I think I need to rearrange my class­es for the next part of the semes­ter (I’m already reg­is­tered), but this unit’s class­es are going very well, and I’ve actu­al­ly learned use­ful (in one class) and inter­est­ing (in the oth­er class) stuff. 

I had told the school when they ini­tial­ly did my tran­script eval­u­a­tion that I didn’t have as many upper-lev­el cred­its as they said I had, but they insist­ed that I’d done my major work and wouldn’t real­ly lis­ten. Weird­ness­es kept com­ing up, and I kept push­ing about things like the Hope Schol­ar­ship not com­ing up in my finan­cial aid pack­age. Some­one final­ly said, “Oh — you aren’t eli­gi­ble because you already have a bachelor’s degree.”

What? Um, no. You see, I’m in the Bachelor’s Degree Com­ple­tion Pro­gram because I don’t have a bachelor’s degree yet. Capiche?

Well, it seems that when Mer­cer Uni­ver­si­ty sent over my tran­scripts, they couldn’t man­age to just pull the tran­scripts for Cyn­thia Rober­son (my name when I attend­ed that school) with my Social Secu­ri­ty Num­ber and my Mer­cer Stu­dent ID. No, they also sent over Cyn­thia Armistead’s tran­script — some­one whose name was Cyn­thia Armis­tead when she attend­ed Mer­cer and got a bachelor’s degree, some­one with a dif­fer­ent SSN and MSI and mid­dle ini­tial. And instead of notic­ing these dis­crep­an­cies, my school blithe­ly entered this tran­script in and gave me cred­it for her work!

So there’s been a whole big deal about get­ting all of my tran­scripts again, and re-eval­u­at­ing them anew, and chang­ing my planned class­es to reflect the results. I’m get­ting two sorts of atti­tude from the bureau­crats I have to deal with in straight­en­ing out this non­sense: peo­ple who obvi­ous­ly think I should have shut up and tak­en the cred­its, and peo­ple who think I was try­ing to pull a fast one (hence the busi­ness about them get­ting all my tran­scripts again, direct­ly from my old schools) and re-eval­u­at­ing them).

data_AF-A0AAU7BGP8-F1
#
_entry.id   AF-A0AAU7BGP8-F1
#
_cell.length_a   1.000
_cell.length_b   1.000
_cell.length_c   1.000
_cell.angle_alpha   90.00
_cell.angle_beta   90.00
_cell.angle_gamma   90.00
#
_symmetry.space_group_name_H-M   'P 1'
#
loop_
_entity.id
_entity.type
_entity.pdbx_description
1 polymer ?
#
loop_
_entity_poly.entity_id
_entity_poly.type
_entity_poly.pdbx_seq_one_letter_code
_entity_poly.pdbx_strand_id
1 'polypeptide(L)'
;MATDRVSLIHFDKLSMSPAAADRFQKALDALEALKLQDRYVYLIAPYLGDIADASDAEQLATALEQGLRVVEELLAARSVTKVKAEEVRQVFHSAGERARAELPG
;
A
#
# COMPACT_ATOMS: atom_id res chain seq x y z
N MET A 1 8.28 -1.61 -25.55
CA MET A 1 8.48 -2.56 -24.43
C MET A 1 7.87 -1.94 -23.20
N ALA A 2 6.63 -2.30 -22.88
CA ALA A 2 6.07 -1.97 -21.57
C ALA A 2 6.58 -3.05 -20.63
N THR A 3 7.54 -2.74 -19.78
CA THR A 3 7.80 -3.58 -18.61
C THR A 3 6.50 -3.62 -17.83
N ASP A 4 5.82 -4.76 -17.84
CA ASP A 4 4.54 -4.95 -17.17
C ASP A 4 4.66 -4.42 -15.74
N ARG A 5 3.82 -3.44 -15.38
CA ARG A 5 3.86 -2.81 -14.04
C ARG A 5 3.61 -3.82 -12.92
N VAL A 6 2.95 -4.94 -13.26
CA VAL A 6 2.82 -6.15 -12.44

For­tu­nate­ly, the class­es I’ve tak­en so far are class­es I need­ed to take. Yay. The class­es that start in a cou­ple of weeks are in ques­tion, so I need to talk to my so-called “advi­sor” about them. The “advi­sor” is the per­son who deals with every­body who is in the bachelor’s degree com­ple­tion pro­gram. She doesn’t do indi­vid­ual advis­ing, real­ly. She doesn’t give a fly­in’ flip about me or my plans, abil­i­ties, back­ground, etc. She meets with stu­dents once, when they enter the pro­gram. That’s it. That’s the plan. She doesn’t want to see us again. She’s not hap­py that she’s had to talk to me more than once.

I was just way spoiled by my mar­velous advi­sor at South­ern Poly, Dr. Mark Stevens. Nobody else can live up to that stan­dard. But this woman shouldn’t have the same title. She’s a paperwork-stamper. 

I’m actu­al­ly enjoy­ing the data­base por­tion of my cur­rent business/​computer course so much that I’m look­ing at which tech­ni­cal con­cen­tra­tion in the bachelor’s degree com­ple­tion major would give me the most oppor­tu­ni­ty to go deep­er into the topic.

Oh — with the oth­er person’s bachelor’s degree tran­script, I had some­thing like 91 trans­fer cred­its. That’s the max­i­mum you’re allowed to trans­fer into the school. With­out her tran­script, just using my cred­its, I’m com­ing in with 79 cred­its. The sci­ence class I’m tak­ing now should have been my last “core” class, but this school counts “Sci­ence, Tech­nol­o­gy and Soci­ety as a 400 lev­el class. The STS class I took at South­ern Poly was a 200 lev­el class. So one more core class, some busi­ness and man­age­ment stuff required for my major, and then the tech­ni­cal con­cen­tra­tion cours­es. Three full semes­ters, at least, maybe four, since there may be pre­req­ui­sites required for some of the tech­ni­cal con­cen­tra­tion class­es that I don’t have yet.

That’s not too bad — just anoth­er year of school, real­ly. Wow. I can see the end.